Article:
End moratorium on offshore drilling now

Jobs, deficit, economy — these are words you’re certain to hear echoing through the Capitol this month. Yet as debt debates and negotiations continue, too few are talking about one clear step that could help create jobs immediately: allowing our energy industry to get back to work.

This would not even take an act of Congress. It would only require the Department of the Interior to resume issuing deepwater drilling permits in the Gulf of Mexico at the pace they were at before President Obama’s formal moratorium. The only thing standing in the way is the Obama administration’s political agenda.

{mosads}It was discouraging news last week when the 10th deepwater drilling rig picked up and left the Gulf because federal offshore permitting has fallen off a cliff. The resulting impact on Louisiana families, jobs and domestic energy production is causing a lot of pain along our Gulf Coast. 

Restoring these energy jobs and creating capital is not a complex budgetary equation; it’s simple economics. We have abundant resources, and allowing access to them will create jobs and generate revenue. 

The United States is the only country in the world that has declared that more than 90 percent of our own resources are off-limits. According to the Congressional Research Service, no country in the world possesses the combined natural resources (coal, oil, natural gas, etc.) that the United States has. Much of the gridlock is the result of the current administration confounding nearly all permitting processes at the Environmental Protection Agency and Department of Interior.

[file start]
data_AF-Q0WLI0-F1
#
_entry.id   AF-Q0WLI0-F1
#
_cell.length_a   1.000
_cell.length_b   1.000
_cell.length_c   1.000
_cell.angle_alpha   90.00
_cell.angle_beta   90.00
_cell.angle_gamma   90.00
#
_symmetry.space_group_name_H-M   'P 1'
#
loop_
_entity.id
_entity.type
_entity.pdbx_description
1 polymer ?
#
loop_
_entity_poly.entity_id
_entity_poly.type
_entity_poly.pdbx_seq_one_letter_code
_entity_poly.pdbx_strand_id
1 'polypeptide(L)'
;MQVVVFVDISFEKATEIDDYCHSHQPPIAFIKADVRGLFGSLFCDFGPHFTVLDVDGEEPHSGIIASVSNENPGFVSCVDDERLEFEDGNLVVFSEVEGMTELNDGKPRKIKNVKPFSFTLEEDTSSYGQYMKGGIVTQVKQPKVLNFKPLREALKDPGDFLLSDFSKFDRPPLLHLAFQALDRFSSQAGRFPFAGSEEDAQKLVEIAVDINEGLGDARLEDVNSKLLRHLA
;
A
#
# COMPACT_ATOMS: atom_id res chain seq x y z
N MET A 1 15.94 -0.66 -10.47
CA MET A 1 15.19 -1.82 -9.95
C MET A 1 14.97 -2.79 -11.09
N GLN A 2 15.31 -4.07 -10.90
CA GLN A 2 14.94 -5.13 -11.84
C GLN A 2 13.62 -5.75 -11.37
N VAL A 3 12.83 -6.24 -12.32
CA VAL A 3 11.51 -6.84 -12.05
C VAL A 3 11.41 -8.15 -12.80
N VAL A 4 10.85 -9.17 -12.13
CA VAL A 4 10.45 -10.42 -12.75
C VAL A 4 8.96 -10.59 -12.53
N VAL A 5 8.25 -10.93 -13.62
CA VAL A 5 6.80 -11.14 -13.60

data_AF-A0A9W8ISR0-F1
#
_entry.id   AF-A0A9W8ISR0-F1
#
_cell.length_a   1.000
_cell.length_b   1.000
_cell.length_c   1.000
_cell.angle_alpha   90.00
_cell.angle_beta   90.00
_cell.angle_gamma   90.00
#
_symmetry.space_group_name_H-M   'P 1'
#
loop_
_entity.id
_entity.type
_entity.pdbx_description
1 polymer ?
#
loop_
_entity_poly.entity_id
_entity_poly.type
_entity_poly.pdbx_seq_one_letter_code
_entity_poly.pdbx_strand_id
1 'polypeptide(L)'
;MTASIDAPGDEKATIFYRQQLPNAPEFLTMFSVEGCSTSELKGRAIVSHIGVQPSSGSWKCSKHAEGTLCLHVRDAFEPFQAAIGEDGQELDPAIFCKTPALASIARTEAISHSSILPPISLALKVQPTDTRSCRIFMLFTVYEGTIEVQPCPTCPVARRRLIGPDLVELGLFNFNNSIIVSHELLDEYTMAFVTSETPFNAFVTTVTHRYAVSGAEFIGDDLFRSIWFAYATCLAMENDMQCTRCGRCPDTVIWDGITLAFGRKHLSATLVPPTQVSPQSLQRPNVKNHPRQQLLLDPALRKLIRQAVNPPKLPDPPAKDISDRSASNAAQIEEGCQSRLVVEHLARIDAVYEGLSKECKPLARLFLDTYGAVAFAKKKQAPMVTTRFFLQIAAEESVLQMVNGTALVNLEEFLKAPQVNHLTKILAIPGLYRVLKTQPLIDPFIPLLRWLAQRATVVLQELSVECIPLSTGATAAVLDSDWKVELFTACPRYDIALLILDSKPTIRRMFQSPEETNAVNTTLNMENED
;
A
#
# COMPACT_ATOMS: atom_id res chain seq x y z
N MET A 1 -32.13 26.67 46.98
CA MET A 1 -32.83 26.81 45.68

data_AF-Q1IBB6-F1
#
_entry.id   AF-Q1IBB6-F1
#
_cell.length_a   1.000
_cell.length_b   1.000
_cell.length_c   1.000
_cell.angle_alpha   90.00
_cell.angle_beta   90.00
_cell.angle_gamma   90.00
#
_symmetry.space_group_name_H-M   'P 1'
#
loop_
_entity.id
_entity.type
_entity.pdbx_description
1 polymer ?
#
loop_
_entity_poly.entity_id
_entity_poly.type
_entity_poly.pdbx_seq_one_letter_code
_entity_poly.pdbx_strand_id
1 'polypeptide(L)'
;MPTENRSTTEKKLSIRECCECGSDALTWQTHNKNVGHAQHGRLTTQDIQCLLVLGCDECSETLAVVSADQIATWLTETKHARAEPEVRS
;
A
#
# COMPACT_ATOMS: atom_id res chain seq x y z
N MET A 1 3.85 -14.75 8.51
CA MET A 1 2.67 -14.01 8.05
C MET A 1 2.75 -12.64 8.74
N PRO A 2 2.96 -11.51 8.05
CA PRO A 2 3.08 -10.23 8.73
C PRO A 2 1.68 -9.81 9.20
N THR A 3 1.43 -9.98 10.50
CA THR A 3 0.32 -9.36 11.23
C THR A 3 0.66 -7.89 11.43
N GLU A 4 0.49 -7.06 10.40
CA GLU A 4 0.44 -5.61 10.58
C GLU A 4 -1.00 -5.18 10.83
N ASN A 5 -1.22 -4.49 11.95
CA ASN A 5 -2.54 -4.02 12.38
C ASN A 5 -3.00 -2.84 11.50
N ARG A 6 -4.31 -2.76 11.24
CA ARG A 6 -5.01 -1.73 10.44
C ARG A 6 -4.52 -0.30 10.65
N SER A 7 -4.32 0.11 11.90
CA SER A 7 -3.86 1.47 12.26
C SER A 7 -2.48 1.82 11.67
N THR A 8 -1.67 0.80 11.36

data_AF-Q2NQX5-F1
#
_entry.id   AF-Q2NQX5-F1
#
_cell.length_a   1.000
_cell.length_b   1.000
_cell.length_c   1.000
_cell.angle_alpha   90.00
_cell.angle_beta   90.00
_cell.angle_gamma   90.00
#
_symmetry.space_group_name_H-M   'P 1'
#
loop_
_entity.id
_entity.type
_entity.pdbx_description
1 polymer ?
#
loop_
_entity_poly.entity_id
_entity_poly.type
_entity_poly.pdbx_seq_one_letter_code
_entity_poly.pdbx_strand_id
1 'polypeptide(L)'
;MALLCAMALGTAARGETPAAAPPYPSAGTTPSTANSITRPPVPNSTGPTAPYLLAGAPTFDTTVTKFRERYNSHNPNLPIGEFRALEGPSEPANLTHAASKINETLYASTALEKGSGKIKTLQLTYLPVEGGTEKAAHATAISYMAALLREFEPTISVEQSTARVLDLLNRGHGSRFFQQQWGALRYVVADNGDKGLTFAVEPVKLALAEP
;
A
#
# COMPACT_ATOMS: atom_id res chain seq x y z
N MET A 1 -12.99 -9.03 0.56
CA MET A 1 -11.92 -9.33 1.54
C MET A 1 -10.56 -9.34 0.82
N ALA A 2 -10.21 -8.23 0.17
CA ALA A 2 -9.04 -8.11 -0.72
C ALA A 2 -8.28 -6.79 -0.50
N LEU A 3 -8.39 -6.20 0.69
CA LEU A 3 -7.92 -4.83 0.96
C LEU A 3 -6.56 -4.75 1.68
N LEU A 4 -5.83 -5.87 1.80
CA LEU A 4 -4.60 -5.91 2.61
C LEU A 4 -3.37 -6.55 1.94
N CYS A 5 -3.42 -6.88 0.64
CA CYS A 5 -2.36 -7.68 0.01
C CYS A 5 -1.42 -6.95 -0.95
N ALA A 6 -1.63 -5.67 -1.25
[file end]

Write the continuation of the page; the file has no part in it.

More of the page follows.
Take the Outer Continental Shelf, for example. According to thorough economic analysis by the American Energy Alliance, the potential resources in the OCS alone could sustain “1.2 million new, full-time jobs per year over 30 years” as well as “contribute more than $8 trillion to GDP and supply more than $2.2 trillion in incremental tax receipts.” These jobs do not require subsidies or mandates; access to the OCS merely needs to be authorized and permits granted. 

How refreshing do those numbers sound while dealing with our $14 trillion national debt and 9.2 percent unemployment?

That’s why I’ve introduced legislation to open up our resources to create jobs and spur the economy. 3-D: The Domestic Jobs, Domestic Energy, and Deficit Reduction Act of 2011 would create more than 2 million jobs, $10 trillion in economic activity and $2 trillion in federal tax receipts (according to conservative 30-year estimates) by unleashing America’s vast domestic energy potential. My bill has 29 co-sponsors in the Senate, and our companion bill in the House has 37 co-sponsors.

In addition to my 3-D bill, I’ve kept my boot on the neck of the administration to fight for access to resources and new permits, and I won’t let it off. 

In May, when Interior Secretary Ken Salazar, with the help of Sen. Harry Reid (D-Nev.), asked Congress to approve a nearly $20,000 per year pay raise, I blocked it. Given the completely unsatisfactory pace of the issuance of new deepwater exploratory permits in the Gulf, I don’t believe the secretary deserves it. 

Overall, deep- and shallow-water offshore permits are still being issued at an anemic pace — 40 percent of pre-BP oil-spill levels — and today only two new exploration plans have been approved. We must do better by American energy consumers and workers. 

There’s no need to put aside the debt-limit talks. Our congressional leaders and the president can continue those. But there is no excuse for the administration to meanwhile forget about our Gulf Coast and our energy economy. Issuing permits will equal jobs, a boost to the economy and revenue to the Treasury, three things everyone in Washington is looking for.

Vitter serves on the Senate Environment and Public Works Committee.

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